Tara Gray's Publish and Flourish performs one of its essential ideas in its table of contents. If we restate the subtitle as a question, the section headings, taken together, constitute the answer, and the chapter titles constitute its elaboration.
Q: How does one become a prolific scholar?
A: You become a prolific scholar by managing your time and then writing often, revising often, getting help from others often, and letting go of your work (to let it be reviewed) often.
That's what Tara would call her "thesis", and which she no doubt had posted on her wall as she wrote the book. Notice what happens if we just put her chapter titles together in a single paragraph, using elements from this "key sentence" to frame it:
You become a prolific scholar by managing your time and then writing often. Differentiate the the “urgent” from the important. Write daily for 15–30 minutes. Record time spent writing daily–share records weekly. Write from the first day of your research project. But writing often is not enough. Becoming prolific requires that you revise often, get help from others, and learn how to let go of your work. Post your thesis on the wall and write to it. Organize your text around key sentences. Use them as an after-the-fact outline. Share early drafts with non-experts and later drafts with experts. Learn how to listen. Respond to each specific comment. Read your prose out loud. Then kick it out the door and make them say "No".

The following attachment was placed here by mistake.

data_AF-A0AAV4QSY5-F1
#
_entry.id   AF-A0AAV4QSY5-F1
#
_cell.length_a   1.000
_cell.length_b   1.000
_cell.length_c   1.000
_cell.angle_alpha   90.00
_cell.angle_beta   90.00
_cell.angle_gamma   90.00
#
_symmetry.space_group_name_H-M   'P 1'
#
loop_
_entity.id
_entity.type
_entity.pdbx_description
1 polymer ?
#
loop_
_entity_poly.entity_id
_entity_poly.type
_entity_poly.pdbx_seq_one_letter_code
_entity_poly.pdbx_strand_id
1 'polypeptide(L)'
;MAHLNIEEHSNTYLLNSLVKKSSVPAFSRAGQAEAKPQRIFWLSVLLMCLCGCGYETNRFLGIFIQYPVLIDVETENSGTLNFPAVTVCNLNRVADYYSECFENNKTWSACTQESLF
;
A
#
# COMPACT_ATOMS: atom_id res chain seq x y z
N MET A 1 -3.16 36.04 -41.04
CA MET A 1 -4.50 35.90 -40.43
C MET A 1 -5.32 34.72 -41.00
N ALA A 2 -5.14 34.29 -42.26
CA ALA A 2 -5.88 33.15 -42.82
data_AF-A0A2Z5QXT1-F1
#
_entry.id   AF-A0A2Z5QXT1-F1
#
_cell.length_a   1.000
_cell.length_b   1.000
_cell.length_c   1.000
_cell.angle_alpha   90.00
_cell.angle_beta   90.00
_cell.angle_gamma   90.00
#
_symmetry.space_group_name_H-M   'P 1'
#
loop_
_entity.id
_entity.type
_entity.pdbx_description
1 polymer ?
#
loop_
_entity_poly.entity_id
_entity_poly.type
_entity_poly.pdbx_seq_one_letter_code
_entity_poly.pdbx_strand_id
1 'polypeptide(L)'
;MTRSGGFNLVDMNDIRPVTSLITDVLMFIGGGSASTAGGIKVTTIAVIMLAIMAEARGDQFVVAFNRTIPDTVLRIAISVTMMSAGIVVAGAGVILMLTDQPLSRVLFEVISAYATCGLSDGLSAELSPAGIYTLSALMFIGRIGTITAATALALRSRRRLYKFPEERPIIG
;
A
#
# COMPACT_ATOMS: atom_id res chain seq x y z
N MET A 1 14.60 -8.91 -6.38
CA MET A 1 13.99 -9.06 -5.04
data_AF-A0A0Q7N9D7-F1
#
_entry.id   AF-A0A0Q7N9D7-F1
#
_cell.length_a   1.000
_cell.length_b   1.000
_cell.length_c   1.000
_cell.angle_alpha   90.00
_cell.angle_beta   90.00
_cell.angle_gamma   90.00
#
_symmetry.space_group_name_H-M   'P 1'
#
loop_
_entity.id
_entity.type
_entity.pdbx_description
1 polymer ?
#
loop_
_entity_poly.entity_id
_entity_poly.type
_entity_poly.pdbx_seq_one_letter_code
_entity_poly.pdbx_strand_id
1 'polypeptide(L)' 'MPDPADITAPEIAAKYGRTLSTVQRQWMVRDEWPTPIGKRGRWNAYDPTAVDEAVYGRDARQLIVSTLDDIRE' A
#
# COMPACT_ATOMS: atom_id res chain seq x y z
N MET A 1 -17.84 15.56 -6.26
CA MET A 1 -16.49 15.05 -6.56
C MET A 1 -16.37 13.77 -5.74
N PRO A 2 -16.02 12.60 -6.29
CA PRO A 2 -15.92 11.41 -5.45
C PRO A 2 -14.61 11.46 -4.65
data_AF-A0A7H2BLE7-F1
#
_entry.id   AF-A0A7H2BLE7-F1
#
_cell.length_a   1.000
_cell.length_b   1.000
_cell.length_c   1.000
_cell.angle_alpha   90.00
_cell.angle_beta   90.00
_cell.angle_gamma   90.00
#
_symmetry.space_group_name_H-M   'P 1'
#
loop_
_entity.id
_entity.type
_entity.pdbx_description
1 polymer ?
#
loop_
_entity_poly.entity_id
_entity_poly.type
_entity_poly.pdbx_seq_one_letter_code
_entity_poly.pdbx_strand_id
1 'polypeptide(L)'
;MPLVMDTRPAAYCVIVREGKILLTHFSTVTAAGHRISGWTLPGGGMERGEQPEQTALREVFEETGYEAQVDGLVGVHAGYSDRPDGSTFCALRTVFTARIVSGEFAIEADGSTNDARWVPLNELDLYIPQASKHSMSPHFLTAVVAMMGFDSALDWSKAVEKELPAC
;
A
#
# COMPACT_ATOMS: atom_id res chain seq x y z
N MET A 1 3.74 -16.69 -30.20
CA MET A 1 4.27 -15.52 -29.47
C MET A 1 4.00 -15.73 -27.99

I've tried to keep the editing to a minimum to emphasize the point that when you use key sentences as an outline, stringing them together should make immediate sense. It should provide an overview of your argument.
This idea was first suggested to me at a seminar by Walter Friedman of the Business History Review. After accepting an article for publication, he said, he would work with authors on the basis of what Tara calls an "after-the-fact" outline. That is, he would send them a document containing one sentence from each paragraph (that he had selected as "key") and then they would have a conversation about how those sentences could be sharpened and arranged for optimal effect. I've always wanted to use that method in my own dialogue with authors, and I take Tara's book as a reminder to follow up on that.
The idea should not be altogether new to readers of this blog. No matter how long it may be, you should be able to summarize your text in a single clear sentence. This goes for each chapter and each section as well. And it goes for each paragraph, too. Knowing what those one-sentence summaries are—indeed, ensuring that they actually appear in your text, will make a world of difference in your writing. It's a simple but effective method. Though it may appear insurmountably time-consuming, Tara is undoubtably right to suggest that "the work [will] pay off handsomely for you—and your readers" (48). Very true.